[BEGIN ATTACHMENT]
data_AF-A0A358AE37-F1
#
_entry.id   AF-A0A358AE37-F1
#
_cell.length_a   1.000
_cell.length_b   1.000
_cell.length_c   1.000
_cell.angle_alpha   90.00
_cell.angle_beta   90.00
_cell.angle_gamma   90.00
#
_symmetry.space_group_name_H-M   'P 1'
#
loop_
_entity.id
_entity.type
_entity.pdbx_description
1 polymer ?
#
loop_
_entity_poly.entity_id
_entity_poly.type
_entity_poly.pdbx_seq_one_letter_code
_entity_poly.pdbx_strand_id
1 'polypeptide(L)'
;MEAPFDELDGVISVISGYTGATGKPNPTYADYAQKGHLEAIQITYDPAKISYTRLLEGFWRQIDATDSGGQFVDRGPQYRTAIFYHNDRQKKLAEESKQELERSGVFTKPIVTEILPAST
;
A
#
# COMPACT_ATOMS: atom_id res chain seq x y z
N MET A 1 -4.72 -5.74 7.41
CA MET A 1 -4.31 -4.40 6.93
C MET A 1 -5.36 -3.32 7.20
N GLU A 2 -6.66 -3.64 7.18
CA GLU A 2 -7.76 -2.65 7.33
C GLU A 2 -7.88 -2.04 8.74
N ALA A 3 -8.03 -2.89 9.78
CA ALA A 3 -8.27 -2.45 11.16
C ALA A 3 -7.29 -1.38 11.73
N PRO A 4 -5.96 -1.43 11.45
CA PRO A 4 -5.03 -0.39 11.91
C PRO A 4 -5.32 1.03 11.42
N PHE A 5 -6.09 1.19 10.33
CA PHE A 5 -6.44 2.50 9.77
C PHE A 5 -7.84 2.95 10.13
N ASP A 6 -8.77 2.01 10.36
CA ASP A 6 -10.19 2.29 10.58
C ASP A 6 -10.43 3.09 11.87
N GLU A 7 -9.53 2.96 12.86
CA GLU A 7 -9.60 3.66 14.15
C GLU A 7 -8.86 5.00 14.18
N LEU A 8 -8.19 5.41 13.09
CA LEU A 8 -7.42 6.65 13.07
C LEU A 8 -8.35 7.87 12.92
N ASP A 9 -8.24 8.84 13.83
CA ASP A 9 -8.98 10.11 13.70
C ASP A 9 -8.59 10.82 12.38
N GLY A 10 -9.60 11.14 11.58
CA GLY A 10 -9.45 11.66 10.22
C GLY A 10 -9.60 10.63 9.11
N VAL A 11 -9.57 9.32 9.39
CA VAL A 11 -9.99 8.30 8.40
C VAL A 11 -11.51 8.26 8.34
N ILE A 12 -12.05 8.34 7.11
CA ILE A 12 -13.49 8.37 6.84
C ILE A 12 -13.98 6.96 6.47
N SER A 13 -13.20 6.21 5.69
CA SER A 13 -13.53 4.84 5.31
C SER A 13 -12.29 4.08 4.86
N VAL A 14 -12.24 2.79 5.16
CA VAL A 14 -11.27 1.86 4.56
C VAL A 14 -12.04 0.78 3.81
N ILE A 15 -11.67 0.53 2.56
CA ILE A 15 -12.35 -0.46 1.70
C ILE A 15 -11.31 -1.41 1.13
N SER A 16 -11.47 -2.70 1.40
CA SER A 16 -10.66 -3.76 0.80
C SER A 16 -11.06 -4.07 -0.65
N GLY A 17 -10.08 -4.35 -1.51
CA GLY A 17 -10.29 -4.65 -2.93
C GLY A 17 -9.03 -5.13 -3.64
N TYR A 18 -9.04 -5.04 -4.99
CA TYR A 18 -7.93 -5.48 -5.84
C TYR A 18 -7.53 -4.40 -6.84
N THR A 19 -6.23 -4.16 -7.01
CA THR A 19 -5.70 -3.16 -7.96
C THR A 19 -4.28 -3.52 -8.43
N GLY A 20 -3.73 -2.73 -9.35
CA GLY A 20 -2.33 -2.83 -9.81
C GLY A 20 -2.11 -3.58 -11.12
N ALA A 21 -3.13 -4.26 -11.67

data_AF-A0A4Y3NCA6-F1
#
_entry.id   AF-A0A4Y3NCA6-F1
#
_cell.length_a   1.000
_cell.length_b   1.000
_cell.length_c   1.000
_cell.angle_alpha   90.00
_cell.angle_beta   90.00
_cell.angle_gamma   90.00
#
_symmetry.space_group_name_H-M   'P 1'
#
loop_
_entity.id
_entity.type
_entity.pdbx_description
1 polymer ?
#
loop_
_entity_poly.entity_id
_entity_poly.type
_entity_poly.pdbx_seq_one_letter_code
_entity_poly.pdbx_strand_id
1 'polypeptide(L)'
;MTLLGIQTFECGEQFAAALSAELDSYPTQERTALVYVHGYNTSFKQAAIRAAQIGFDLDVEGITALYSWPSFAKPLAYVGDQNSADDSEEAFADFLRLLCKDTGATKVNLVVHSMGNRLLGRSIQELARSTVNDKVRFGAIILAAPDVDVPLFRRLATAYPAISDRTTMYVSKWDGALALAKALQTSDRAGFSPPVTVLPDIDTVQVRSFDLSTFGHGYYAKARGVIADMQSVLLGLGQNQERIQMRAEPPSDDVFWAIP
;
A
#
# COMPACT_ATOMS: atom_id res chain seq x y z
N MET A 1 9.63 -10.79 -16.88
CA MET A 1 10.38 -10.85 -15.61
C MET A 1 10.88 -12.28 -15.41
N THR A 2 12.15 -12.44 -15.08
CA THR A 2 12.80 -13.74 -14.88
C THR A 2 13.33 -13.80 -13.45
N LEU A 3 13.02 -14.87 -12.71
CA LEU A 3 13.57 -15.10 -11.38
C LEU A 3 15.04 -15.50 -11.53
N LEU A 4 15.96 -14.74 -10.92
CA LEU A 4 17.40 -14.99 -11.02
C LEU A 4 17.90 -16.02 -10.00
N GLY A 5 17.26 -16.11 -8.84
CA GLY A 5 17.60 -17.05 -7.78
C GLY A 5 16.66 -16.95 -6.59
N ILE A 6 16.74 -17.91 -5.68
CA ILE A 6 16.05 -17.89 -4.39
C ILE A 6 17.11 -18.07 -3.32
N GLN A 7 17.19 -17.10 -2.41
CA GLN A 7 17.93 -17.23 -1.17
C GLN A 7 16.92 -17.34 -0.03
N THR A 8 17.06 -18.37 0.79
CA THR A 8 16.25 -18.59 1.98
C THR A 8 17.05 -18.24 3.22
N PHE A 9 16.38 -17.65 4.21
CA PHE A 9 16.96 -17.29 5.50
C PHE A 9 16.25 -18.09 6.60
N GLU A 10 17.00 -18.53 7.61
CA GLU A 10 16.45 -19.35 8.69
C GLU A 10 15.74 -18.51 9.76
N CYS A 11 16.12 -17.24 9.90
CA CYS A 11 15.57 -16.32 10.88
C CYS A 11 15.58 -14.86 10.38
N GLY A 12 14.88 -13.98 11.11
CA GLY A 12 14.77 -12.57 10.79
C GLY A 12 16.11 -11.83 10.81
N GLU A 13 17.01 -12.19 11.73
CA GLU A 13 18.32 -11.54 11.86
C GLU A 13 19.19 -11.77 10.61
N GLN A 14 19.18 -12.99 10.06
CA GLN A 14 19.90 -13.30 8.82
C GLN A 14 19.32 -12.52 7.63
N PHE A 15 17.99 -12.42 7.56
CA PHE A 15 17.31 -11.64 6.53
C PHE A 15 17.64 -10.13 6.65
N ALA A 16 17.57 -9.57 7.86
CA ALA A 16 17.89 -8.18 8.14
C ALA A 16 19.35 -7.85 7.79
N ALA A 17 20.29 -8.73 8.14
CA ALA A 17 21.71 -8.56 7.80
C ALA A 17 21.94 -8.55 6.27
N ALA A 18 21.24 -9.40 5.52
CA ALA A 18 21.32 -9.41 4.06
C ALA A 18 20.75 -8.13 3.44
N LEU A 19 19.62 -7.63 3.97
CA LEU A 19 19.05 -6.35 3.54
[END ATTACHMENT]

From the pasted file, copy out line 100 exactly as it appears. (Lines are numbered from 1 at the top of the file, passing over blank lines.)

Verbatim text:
_cell.angle_beta   90.00